The Cost of Being a Barista In Brazil

Most baristas in Brazil live on an average of US $350 per month. The realities of low wages and limited educational opportunities are just some of the challenges that Brazilian baristas face.


“As an employee, I’ve never made more than US $440 (or $1,500 real, the currency of Brazil) per month,  says Leonardo Moço, the two-time Brazilian National Barista Championship. This reality can eventually change and the salary range is higher in some coffee shops, however, most of professionals in Brazil face challenging problems on a daily basis. Despite salary obstacles, lots of baristas invest their personal savings to improve their knowledge, put extra money in training, and pay for trips to events and farms. In Belo Horizonte, for example, baristas and students come and shell out money they’ve saved over the year to pay for SCAA courses, which are offered once a year at  International Coffee Week, a yearly coffee event that takes place in Brazil.

Aside from those with money to spare, the majority of baristas study and look for information in books and on the internet. It’s important to mention that, œsome entrepreneurs invest in a basic training or prepare a ˜lead barista’ to guide the staff in order to guarantee good service in their coffee shops,  explains Lidiane Santos, owner of Espaço Sensorial do Café Training Center in Recife, in the Pernambuco state of Brazil.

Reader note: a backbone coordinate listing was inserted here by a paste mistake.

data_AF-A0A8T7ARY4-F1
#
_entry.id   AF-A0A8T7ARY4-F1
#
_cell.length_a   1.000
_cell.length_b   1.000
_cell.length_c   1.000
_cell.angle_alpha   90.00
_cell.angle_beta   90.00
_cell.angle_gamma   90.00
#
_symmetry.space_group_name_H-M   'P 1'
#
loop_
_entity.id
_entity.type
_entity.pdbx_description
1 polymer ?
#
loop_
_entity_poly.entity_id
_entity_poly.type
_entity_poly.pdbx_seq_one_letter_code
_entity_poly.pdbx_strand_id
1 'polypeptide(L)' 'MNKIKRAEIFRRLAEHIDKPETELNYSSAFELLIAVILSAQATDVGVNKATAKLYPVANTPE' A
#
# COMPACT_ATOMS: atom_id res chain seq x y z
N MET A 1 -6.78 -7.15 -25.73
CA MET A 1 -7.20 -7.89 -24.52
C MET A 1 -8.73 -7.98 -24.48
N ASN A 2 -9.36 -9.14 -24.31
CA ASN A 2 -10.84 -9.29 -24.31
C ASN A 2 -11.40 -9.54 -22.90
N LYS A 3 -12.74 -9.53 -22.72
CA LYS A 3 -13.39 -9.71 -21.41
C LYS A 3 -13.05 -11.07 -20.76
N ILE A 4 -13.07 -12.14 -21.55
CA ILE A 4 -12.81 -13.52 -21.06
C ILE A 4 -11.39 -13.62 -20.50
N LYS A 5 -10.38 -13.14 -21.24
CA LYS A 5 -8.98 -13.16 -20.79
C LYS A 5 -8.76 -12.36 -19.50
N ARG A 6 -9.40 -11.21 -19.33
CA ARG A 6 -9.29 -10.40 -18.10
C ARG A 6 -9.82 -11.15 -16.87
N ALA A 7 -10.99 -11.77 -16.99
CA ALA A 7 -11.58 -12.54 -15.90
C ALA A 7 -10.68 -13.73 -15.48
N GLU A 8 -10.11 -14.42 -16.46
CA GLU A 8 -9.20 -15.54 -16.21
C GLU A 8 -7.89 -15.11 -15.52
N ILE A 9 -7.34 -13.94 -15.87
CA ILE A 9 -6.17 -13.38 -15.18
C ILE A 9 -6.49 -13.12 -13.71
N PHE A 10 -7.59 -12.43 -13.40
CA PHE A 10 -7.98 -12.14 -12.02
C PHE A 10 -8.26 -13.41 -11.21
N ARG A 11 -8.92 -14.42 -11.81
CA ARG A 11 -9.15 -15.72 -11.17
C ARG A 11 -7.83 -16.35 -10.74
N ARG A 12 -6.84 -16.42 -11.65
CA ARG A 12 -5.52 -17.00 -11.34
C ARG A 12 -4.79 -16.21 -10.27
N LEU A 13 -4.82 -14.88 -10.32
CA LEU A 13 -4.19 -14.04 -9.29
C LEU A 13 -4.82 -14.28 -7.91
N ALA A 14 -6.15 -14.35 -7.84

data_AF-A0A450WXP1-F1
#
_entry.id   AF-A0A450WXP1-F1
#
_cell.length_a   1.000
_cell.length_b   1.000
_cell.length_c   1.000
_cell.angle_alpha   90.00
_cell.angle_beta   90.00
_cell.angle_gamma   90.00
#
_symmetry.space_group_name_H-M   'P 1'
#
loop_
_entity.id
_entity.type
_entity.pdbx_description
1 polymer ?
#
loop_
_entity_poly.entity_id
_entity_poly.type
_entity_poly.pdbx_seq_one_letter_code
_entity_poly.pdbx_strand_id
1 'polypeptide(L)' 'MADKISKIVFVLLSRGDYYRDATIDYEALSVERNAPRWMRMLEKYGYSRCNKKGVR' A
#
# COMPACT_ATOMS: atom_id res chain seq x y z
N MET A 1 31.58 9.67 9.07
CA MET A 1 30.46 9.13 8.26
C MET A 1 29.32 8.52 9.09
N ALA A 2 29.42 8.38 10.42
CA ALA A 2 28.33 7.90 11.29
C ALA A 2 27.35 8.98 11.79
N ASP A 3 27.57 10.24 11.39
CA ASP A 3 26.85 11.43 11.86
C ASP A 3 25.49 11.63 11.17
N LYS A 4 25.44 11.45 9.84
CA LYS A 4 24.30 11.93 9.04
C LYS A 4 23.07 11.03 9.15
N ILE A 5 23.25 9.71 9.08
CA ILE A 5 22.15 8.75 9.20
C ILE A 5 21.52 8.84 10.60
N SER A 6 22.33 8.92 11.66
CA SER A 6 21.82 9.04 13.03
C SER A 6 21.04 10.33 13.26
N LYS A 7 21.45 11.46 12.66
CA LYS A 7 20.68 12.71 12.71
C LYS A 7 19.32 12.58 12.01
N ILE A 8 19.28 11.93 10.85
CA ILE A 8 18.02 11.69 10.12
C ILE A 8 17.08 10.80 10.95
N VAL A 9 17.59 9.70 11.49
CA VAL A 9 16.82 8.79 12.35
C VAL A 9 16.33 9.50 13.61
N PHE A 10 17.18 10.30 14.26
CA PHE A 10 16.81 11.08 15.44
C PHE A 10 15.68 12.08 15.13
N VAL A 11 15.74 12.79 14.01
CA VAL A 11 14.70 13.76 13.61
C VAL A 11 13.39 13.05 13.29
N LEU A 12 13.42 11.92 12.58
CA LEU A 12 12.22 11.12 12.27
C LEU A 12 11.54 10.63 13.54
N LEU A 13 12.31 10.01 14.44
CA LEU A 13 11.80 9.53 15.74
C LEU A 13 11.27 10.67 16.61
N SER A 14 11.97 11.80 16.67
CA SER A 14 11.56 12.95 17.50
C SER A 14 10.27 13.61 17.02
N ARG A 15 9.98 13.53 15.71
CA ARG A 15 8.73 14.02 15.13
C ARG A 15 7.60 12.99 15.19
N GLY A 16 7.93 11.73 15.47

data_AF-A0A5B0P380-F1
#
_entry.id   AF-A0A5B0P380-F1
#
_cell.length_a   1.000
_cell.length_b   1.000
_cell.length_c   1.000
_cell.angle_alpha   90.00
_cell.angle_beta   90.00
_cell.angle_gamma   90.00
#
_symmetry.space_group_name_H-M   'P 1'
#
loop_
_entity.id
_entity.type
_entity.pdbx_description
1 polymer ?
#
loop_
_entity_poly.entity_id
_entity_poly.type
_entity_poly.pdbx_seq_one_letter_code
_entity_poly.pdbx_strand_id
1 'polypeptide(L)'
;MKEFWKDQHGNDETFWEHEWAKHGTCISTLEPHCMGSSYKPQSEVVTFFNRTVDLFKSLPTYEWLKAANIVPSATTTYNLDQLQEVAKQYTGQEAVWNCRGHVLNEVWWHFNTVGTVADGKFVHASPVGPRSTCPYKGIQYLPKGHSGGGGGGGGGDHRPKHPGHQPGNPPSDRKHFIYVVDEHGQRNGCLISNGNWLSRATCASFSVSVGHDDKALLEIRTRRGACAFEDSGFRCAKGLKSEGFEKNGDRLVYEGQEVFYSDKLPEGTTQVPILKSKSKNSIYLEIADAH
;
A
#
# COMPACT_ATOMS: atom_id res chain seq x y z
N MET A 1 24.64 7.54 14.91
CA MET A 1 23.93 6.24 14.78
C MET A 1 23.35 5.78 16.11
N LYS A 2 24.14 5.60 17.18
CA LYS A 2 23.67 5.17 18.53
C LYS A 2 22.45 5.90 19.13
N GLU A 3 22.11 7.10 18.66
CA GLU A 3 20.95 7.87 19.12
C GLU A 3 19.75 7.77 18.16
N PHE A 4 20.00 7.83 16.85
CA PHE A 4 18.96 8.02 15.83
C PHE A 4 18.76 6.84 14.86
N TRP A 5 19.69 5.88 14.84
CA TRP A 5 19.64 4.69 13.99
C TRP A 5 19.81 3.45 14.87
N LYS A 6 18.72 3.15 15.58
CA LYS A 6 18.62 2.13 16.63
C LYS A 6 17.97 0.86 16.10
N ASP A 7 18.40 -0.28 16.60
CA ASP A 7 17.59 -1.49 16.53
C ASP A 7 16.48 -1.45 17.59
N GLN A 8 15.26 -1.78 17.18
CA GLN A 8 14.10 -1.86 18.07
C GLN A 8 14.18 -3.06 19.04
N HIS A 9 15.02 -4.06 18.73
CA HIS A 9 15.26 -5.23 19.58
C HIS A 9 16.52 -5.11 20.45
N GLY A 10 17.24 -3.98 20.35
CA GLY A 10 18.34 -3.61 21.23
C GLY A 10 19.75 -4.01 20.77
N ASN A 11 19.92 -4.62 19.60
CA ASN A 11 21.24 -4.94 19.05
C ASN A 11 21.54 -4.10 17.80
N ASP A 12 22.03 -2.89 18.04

Baristas in Brazil often have to fund their own continuing education, including barista competitions.

This is the case of Octavio Café, a coffee shop that owns a modern farm and controls all the processes in the production chain. œWe can offer deep training to our staff. In addition, we also promote an exchange program with baristas from around the world in order to promote knowledge between them,  says Jonas Pricirillo, general manager at Octávio Café. However, apart these examples, most baristas are on their own.

For some Brazilian baristas, the money they make is not enough. So they look for extra activities to raise their income. Coffee sales, serving coffee at events, giving classes at gastronomic universities and training staff in restaurants and bakeries are some of the alternatives they find. Their services are requested, though, when people recognize them as a good professional. For this reason, some are interested in competing at regional and national championships. œWith a title, even if it is local, the barista’s work is highlighted and people start paying attention to them. This can give him/her the opportunity to teach, give workshops and close training contracts in other establishments,  explains Cleia Junqueira, who was the coordinator at the Coffee Preparation Center (Centro de Preparação do Sindicato do Café), a coffee organization based out of Brazil. Nowadays, she is building a career in Dubai as a roasting master for  Coffee Planet.

Leonardo Moco and Estela Cotes, pictured above, used crowdfunding to help get them to the world barista stage. They are the national Barista and Brewers Cup champions.

The path to championships is also tricky. œMost of time, baristas will start training for their presentation one month before the official date. In my case, it was even harder to practice for the World Barista Championship because I didn’t have the official espresso machine here in Brazil,  remembers Leonardo. According to the rules, the local championship organization pays for airplane tickets and hotel fees for the champions, but financial support for training, presentation supplies, and trips to farms are not included.